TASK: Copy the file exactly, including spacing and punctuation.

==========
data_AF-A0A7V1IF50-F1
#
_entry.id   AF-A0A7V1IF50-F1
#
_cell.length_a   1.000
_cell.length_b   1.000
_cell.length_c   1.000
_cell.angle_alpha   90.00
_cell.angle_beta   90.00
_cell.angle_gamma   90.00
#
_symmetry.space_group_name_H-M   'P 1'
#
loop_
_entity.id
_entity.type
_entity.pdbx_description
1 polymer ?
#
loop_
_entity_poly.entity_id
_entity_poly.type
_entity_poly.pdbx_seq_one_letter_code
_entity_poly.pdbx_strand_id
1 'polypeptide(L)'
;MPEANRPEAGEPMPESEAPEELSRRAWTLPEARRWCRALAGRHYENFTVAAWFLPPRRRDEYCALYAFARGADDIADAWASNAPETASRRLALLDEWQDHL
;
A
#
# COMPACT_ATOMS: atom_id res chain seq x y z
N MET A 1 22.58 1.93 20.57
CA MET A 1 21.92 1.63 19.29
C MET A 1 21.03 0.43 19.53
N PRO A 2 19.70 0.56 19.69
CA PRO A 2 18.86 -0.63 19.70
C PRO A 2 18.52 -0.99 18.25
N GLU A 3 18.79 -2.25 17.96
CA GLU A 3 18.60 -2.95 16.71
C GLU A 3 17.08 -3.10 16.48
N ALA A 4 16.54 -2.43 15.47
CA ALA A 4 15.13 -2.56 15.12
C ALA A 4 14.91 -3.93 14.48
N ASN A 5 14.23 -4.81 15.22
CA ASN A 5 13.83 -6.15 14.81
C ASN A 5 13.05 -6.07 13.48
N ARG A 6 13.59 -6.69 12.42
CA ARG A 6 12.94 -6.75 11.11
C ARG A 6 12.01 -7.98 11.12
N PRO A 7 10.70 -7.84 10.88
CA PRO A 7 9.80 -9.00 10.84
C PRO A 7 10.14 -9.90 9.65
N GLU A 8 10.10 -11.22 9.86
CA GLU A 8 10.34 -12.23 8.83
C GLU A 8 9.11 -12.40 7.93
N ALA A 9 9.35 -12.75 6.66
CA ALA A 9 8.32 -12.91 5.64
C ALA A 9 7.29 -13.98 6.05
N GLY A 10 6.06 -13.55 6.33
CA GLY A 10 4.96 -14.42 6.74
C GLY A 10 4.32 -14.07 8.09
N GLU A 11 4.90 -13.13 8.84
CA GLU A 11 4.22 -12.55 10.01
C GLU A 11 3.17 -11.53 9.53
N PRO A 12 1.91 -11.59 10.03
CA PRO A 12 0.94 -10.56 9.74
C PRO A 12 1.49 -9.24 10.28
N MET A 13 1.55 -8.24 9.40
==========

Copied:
data_AF-A0A7V1IF50-F1
#
_entry.id   AF-A0A7V1IF50-F1
#
_cell.length_a   1.000
_cell.length_b   1.000
_cell.length_c   1.000
_cell.angle_alpha   90.00
_cell.angle_beta   90.00
_cell.angle_gamma   90.00
#
_symmetry.space_group_name_H-M   'P 1'
#
loop_
_entity.id
_entity.type
_entity.pdbx_description
1 polymer ?
#
loop_
_entity_poly.entity_id
_entity_poly.type
_entity_poly.pdbx_seq_one_letter_code
_entity_poly.pdbx_strand_id
1 'polypeptide(L)'
;MPEANRPEAGEPMPESEAPEELSRRAWTLPEARRWCRALAGRHYENFTVAAWFLPPRRRDEYCALYAFARGADDIADAWASNAPETASRRLALLDEWQDHL
;
A
#
# COMPACT_ATOMS: atom_id res chain seq x y z
N MET A 1 22.58 1.93 20.57
CA MET A 1 21.92 1.63 19.29
C MET A 1 21.03 0.43 19.53
N PRO A 2 19.70 0.56 19.69
CA PRO A 2 18.86 -0.63 19.70
C PRO A 2 18.52 -0.99 18.25
N GLU A 3 18.79 -2.25 17.96
CA GLU A 3 18.60 -2.95 16.71
C GLU A 3 17.08 -3.10 16.48
N ALA A 4 16.54 -2.43 15.47
CA ALA A 4 15.13 -2.56 15.12
C ALA A 4 14.91 -3.93 14.48
N ASN A 5 14.23 -4.81 15.22
CA ASN A 5 13.83 -6.15 14.81
C ASN A 5 13.05 -6.07 13.48
N ARG A 6 13.59 -6.69 12.42
CA ARG A 6 12.94 -6.75 11.11
C ARG A 6 12.01 -7.98 11.12
N PRO A 7 10.70 -7.84 10.88
CA PRO A 7 9.80 -9.00 10.84
C PRO A 7 10.14 -9.90 9.65
N GLU A 8 10.10 -11.22 9.86
CA GLU A 8 10.34 -12.23 8.83
C GLU A 8 9.11 -12.40 7.93
N ALA A 9 9.35 -12.75 6.66
CA ALA A 9 8.32 -12.91 5.64
C ALA A 9 7.29 -13.98 6.05
N GLY A 10 6.06 -13.55 6.33
CA GLY A 10 4.96 -14.42 6.74
C GLY A 10 4.32 -14.07 8.09
N GLU A 11 4.90 -13.13 8.84
CA GLU A 11 4.22 -12.55 10.01
C GLU A 11 3.17 -11.53 9.53
N PRO A 12 1.91 -11.59 10.03
CA PRO A 12 0.94 -10.56 9.74
C PRO A 12 1.49 -9.24 10.28
N MET A 13 1.55 -8.24 9.40